The Effects of Globalization


What is Globalization?

Globalization in this context is defined as “a process of integration of the world’s economies in the international division of labor of the capitalist world system and a concomitant shift of power from nation states to multinational corporations and other organizations controlled by the core capitalist countries” (Dupuy 1989; pg. 46). It is based on the ideals of capitalism through the expansion of the international financial system, the primary focus on capital, the opportunity for profitable international production, and increase in competition amongst the strongest capitalist countries. Those that favor globalization argue that if a country opens up its economy and environment to the possibility of foreign investment, these countries will revitalize their economy by becoming producers of manufactured goods and services in the world market. Although due to the capitalist ideals that drive globalization, wealthy countries and wealthy multinational corporations desire to invest in countries who have an abundance of natural resources such as oil, indigenous labor markets, and various metals as a way to exploit profit. This is where many of the problems within globalization manifests. Poor countries who lack desirable resources or high-valued goods and services are viewed as insignificant, thus decreasing the country’s opportunity for profit from exporting goods and services into the world market. This ultimately leaves these poorer countries in a state of extreme dependence on foreign imports and support from the World Bank as a way to sustain themselves after surrendering their economies, natural resources, and labor market to neoliberal policies. Ultimately these countries become centers of exploitation from foreign powers, which is recognizable in Haiti’s current position. Also according to Hebron and Stack the gap between the rich and the poor has only seemed to widen since the expansion of globalization. For example Heron and Stack state in their text, Globalization: Debunking the Myths, “The richest fifth of the world’s population owns 80 percent of the world’s resources, while the poorest fifth owns barely .5 percent” (Hebron and Stack 2011; Pg. 55).

Globalization and Haiti

The influence of global policies on the economic well-being of Haiti can be traced back to the Haitian day of independence in 1804. By declaring independence from the French, Haiti was placed in a compromising situation. Former French slave owners demanded reparation for their loss of land and slaves after the Haitian Revolution. The French government argued that unless Haiti paid for these reparations they would continue to go unrecognized as an independent state. These reparations would come at a cost of 150 million francs (Higman 2011: Pg. 151). Haiti was only ever able to pay back a small portion of this due to its struggling economy. In accordance with the views of the French, many global powers such as the United States also refused to recognize Haiti as an independent state. The European view of negative portrayal of blackness greatly contributed to this. None the less, this globally excluded Haiti from any form of global trade. This exclusion was problematic in the sense that due to years of deforestation and environmental manipulation to make way for sugar plantations, individual agriculture was initially difficult. Ultimately global exclusion from the world market originally crippled Haiti’s newly established independent economy.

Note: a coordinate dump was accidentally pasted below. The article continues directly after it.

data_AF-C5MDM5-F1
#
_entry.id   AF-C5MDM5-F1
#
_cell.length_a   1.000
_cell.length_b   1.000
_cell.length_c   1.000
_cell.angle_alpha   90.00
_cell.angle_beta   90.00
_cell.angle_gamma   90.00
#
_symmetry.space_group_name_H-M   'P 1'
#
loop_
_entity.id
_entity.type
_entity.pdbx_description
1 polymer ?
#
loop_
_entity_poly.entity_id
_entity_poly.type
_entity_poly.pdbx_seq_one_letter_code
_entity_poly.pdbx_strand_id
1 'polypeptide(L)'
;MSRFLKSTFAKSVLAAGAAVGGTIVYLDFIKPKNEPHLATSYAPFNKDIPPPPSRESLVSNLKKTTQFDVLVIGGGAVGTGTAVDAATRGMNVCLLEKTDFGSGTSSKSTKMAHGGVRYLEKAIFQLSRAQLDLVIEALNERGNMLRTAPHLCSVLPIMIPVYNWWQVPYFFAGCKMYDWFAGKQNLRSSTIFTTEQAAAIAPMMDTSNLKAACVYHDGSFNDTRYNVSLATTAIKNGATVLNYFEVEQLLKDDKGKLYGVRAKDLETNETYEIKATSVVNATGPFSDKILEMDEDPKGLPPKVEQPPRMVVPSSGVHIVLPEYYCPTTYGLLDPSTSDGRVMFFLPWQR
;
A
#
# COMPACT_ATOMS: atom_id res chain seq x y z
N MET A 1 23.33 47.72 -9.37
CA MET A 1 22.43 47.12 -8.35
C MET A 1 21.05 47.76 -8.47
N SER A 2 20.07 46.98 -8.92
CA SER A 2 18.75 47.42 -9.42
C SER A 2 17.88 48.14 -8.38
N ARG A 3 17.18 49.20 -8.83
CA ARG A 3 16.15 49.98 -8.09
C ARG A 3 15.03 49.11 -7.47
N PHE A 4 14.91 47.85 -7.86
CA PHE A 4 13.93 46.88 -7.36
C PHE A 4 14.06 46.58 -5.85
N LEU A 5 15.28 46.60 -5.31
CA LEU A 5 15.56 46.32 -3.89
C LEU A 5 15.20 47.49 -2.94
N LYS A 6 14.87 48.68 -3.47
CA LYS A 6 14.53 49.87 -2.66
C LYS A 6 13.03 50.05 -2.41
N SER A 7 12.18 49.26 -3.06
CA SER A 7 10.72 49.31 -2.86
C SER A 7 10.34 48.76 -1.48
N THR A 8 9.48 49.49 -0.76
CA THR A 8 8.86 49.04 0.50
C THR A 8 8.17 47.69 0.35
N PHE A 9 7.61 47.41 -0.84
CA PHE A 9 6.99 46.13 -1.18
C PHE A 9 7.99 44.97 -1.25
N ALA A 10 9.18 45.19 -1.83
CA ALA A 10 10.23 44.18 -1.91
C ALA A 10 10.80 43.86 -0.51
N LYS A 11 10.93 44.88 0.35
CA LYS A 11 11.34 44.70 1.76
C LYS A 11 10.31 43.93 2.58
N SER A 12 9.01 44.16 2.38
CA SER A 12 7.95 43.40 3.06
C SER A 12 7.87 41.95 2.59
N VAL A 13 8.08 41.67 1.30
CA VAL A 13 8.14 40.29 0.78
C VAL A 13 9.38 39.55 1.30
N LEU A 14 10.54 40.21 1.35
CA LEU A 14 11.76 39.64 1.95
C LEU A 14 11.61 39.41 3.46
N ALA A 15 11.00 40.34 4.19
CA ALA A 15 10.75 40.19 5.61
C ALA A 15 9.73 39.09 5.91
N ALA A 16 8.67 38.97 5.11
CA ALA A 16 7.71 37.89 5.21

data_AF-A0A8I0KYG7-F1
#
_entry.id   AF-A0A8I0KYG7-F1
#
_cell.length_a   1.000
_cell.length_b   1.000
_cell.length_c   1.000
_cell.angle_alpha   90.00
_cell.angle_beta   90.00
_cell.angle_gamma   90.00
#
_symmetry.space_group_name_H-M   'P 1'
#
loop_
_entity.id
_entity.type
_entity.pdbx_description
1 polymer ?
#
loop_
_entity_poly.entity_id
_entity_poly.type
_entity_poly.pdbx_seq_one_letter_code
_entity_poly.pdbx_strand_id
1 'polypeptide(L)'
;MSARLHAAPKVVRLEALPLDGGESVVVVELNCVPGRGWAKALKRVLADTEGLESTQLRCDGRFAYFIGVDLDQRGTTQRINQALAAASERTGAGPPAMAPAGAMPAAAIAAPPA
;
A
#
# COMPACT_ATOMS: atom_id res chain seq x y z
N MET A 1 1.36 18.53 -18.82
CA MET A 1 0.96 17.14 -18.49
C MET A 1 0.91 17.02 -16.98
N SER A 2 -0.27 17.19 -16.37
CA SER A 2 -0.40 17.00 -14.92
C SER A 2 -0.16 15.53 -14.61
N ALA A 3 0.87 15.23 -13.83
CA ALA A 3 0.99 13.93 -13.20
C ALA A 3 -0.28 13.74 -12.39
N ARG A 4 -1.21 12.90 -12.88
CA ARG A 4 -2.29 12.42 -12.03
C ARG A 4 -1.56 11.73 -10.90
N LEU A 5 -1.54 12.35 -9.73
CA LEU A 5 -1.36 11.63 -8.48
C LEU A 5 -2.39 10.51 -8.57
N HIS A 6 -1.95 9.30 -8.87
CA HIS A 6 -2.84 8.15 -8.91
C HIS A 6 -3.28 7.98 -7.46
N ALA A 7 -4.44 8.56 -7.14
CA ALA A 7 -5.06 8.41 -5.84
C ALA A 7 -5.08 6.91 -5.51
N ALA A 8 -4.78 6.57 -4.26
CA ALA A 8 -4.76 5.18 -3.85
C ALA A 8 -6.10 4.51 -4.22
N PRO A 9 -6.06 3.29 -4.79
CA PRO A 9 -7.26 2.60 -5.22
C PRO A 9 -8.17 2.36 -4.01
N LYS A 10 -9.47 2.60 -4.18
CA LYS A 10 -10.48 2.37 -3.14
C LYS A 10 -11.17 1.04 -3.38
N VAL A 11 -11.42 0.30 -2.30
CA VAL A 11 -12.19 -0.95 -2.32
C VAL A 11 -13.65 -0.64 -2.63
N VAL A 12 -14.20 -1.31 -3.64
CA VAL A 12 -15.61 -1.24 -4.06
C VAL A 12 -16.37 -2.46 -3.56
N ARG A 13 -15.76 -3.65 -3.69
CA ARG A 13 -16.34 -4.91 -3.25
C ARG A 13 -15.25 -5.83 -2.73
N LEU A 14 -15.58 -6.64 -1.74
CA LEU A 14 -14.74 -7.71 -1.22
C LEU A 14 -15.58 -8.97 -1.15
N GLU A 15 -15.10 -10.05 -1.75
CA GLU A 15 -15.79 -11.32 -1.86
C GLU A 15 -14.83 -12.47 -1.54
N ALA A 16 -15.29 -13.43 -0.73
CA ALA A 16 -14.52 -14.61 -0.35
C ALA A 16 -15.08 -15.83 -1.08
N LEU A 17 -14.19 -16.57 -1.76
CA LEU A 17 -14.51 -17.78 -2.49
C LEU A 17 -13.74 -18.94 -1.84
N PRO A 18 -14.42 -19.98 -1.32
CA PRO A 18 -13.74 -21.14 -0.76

Workers stitch Hanes tee-shirts at a factory in the CODEVI free trade zone in Ouanaminthe, Haiti. Credit: Jude Stanley Roy
Workers stitch Hanes tee-shirts at a factory in the CODEVI free trade zone in Ouanaminthe, Haiti. Credit: Jude Stanley Roy

In addition to Haiti’s initial problem with global exclusion, the Washington Consensus greatly contributed to Haiti’s poor economic standing. The Washington Consensus is a series of neoliberal, structural adjustment reforms that were developed in the late 1980s. These reforms were developed in order to promote capitalist investment in third world countries as a way to spark economic growth within these countries. The Washington Consensus discredited central planning practices that supported state centered development and solely supported the expansion of economic policies into the global market (Dupuy 2005: Pg. 48). As previously discussed, it is the core capitalist countries that benefit greatly from these reforms rather than the impoverished countries in which these reforms have been enforced. After pressure from world powers to implement the reforms of the Washington Consensus, the Haitian government agreed to revamp its economic structure. The result of this, is shown through the economic instability that plagues Haiti today. Also due to the overwhelming amount of foreign involvement within the Haitian political structure, globalized development policies have had very real consequences on the poor population.